Changing Egg Yolk Colour with Feeding

One of the things most of us judge an egg by is the egg yolk colour. A rich deep yellow egg yolk tells us that it’s better – but is it?

Variations in Egg Yolk Colour

Variations in Egg Yolk Colour

The nutritional value of eggs does vary according to the diet the hens have. When our hens arrived their egg yolks were quite a pale yellow. After a week of getting quite a few greens – mainly in the form of chickweed – the yolks did darken. After that ran out, they were going out onto poultry pasture and they egg yolks have stayed dark.

That doesn’t necessarily mean they’re ‘better’ but I hope so. I use the term ‘poultry pasture’ rather than grass because the main run was seeded with a mixture of grasses and herbs specifically designed for hens. A varied diet with plenty of greenstuffs is reflected in the egg quality as well as the bird’s health.

Chilli Peppers & Egg Yolk Colour

I was chatting about this with a pal who is an expert on peppers. He told me that if I fed them chilli peppers I could actually end up with red coloured yolks! Chickens are unaffected by capsaicinoids, the chemical that makes chillies hot – apart from the egg colour. Chickens can’t even taste the chillies. To them a super hot chilli is just bland.

I’m tempted to add chilli powder to the feed to see what happens. Red eggs for Halloween next year, perhaps.

Carrots & Egg Yolk Colour

Carrots given as a supplementary food to hens will also result in deeper coloured yolks but there is a side effect. Giving hens carrots as a supplement will result in smaller eggs. Mind you, the study that showed this was giving the hens 70 grams of carrot a day. That’s quite a lot.

Tomatoes & Egg Yolk Colour

Now we all know that hens love tomatoes. When you’ve got tomatoes coming out of your ears in the summer, give the girls a treat. Another study of feeding hens tomato powder showed that giving hens a supplement of tomato powder resulted in a deeper yolk colour and more egg production and larger eggs with higher concentrations of serum and egg yolk lycopene, β-carotene, lutein and vitamin A .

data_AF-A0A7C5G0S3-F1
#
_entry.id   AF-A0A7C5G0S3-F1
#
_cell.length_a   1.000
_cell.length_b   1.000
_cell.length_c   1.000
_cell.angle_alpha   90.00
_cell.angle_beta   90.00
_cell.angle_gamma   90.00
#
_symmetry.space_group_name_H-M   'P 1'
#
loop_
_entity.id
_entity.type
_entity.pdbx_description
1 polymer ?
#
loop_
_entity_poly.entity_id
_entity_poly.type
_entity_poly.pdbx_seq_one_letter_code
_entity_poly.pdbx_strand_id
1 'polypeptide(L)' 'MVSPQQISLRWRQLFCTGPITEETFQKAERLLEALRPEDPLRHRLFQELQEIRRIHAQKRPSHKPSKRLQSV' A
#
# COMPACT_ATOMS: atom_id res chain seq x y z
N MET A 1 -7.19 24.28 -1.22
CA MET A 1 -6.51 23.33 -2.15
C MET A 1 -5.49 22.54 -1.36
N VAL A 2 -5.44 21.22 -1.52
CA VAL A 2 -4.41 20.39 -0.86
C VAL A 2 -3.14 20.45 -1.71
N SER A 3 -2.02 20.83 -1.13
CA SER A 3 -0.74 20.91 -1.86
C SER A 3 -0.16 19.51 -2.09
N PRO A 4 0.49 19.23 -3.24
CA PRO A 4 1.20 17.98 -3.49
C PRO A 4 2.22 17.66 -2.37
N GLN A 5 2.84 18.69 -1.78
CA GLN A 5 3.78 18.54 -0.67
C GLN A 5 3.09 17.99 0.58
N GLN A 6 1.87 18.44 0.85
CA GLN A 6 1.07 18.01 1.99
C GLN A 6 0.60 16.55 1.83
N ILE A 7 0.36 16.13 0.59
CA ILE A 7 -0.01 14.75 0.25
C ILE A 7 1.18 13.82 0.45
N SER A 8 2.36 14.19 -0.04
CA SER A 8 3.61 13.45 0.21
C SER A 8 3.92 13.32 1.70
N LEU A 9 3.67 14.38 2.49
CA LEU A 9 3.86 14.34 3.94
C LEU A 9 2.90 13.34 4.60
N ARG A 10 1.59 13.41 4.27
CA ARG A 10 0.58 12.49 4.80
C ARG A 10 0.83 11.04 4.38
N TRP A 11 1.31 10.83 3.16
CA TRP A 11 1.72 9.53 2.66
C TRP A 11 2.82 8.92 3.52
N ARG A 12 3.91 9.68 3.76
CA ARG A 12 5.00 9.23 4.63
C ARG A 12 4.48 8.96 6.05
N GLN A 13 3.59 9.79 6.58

So unlike us where most things you love are bad for you, tomato chicken treats are good for the hens and good for the eggs!

Marigolds & Egg Colour

Marigolds, an edible flower, also have the effect of darkening, reddening the egg yolk. However, like carrots, they result in smaller eggs.

Flax Seed & Egg Yolk Colour

Flax seed is a carotenoid, the active chemical contained being xanthophyll, but unlike the other foods listed here that darken the egg yolk colour, flax seed lightens the colour of the egg yolks. It actually lowers the fatty acids in the eggs, which is good for you

Other Feedstuffs that Affect Egg Yolk Colour

Most green foods, even grass have an effect on egg yolk colour. Alfalfa, yellow maize (corn), orange peels and annatto seeds in the diet all result in deeper coloured egg yolks.

Commercial Eggs Yolk Colour

I’m afraid egg yolk colour doesn’t really tell you as much as you may think about the quality of eggs bought from the shops, whether from caged or free-ranging hens. The large poultry operators manage the egg yolk colour to achieve the ‘ideal’ colour desired by consumers. They do this by adding colourants like Xanthophyll extracts to the feed.

At this article on the poultry site they state:

By achieving the correct levels of the most appropriate carotenoids in the feed, it is possible to routinely achieve the yolk colour expected by consumers while at the same time minimizing the degree of variability…


Whilst it is a good general rule that darker, richer coloured egg yolks are indicative of a nutritionally better quality egg and often a healthier hen laying them, it’s not as critical as you may think.

The best way to get high quality – in every sense – eggs as well as a rich egg yolk colour is to feed your hens a good base feed like formulated layers pellets and supplement this with green food, corn, tomatoes etc. in moderation.

If your hens’ eggs have very pale yolks and particularly if the egg yolk colour suddenly changes from dark to light, look closely at their general condition and health. It may indicate a problem but just as likely a diet change.

Further Articles All About Eggs

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